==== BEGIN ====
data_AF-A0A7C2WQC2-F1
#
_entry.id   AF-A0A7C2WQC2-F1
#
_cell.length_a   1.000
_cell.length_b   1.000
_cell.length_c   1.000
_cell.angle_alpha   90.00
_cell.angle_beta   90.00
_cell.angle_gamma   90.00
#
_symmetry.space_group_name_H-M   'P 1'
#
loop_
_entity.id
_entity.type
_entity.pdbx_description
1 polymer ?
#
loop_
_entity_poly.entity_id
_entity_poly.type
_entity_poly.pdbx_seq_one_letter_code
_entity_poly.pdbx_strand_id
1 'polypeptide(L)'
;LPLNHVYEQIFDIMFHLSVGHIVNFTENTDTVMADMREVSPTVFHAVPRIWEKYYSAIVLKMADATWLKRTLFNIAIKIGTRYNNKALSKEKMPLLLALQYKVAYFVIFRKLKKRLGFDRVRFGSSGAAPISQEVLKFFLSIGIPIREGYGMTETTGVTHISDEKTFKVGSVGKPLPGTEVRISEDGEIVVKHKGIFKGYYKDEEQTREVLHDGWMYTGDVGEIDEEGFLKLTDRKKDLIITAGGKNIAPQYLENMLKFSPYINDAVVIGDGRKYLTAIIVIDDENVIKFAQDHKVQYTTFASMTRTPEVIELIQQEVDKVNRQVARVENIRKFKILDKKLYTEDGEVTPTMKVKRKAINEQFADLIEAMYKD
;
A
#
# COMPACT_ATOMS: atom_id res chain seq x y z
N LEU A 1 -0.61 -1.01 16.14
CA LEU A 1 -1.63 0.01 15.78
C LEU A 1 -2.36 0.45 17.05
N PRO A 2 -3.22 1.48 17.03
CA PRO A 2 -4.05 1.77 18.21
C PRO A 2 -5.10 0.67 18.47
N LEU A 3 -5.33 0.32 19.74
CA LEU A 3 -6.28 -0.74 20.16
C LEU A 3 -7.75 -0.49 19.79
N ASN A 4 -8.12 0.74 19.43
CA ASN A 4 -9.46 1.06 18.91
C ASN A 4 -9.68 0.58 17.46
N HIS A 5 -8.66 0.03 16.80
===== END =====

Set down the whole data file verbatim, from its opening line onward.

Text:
data_AF-A0A7C2WQC2-F1
#
_entry.id   AF-A0A7C2WQC2-F1
#
_cell.length_a   1.000
_cell.length_b   1.000
_cell.length_c   1.000
_cell.angle_alpha   90.00
_cell.angle_beta   90.00
_cell.angle_gamma   90.00
#
_symmetry.space_group_name_H-M   'P 1'
#
loop_
_entity.id
_entity.type
_entity.pdbx_description
1 polymer ?
#
loop_
_entity_poly.entity_id
_entity_poly.type
_entity_poly.pdbx_seq_one_letter_code
_entity_poly.pdbx_strand_id
1 'polypeptide(L)'
;LPLNHVYEQIFDIMFHLSVGHIVNFTENTDTVMADMREVSPTVFHAVPRIWEKYYSAIVLKMADATWLKRTLFNIAIKIGTRYNNKALSKEKMPLLLALQYKVAYFVIFRKLKKRLGFDRVRFGSSGAAPISQEVLKFFLSIGIPIREGYGMTETTGVTHISDEKTFKVGSVGKPLPGTEVRISEDGEIVVKHKGIFKGYYKDEEQTREVLHDGWMYTGDVGEIDEEGFLKLTDRKKDLIITAGGKNIAPQYLENMLKFSPYINDAVVIGDGRKYLTAIIVIDDENVIKFAQDHKVQYTTFASMTRTPEVIELIQQEVDKVNRQVARVENIRKFKILDKKLYTEDGEVTPTMKVKRKAINEQFADLIEAMYKD
;
A
#
# COMPACT_ATOMS: atom_id res chain seq x y z
N LEU A 1 -0.61 -1.01 16.14
CA LEU A 1 -1.63 0.01 15.78
C LEU A 1 -2.36 0.45 17.05
N PRO A 2 -3.22 1.48 17.03
CA PRO A 2 -4.05 1.77 18.21
C PRO A 2 -5.10 0.67 18.47
N LEU A 3 -5.33 0.32 19.74
CA LEU A 3 -6.28 -0.74 20.16
C LEU A 3 -7.75 -0.49 19.79
N ASN A 4 -8.12 0.74 19.43
CA ASN A 4 -9.46 1.06 18.91
C ASN A 4 -9.68 0.58 17.46
N HIS A 5 -8.66 0.03 16.80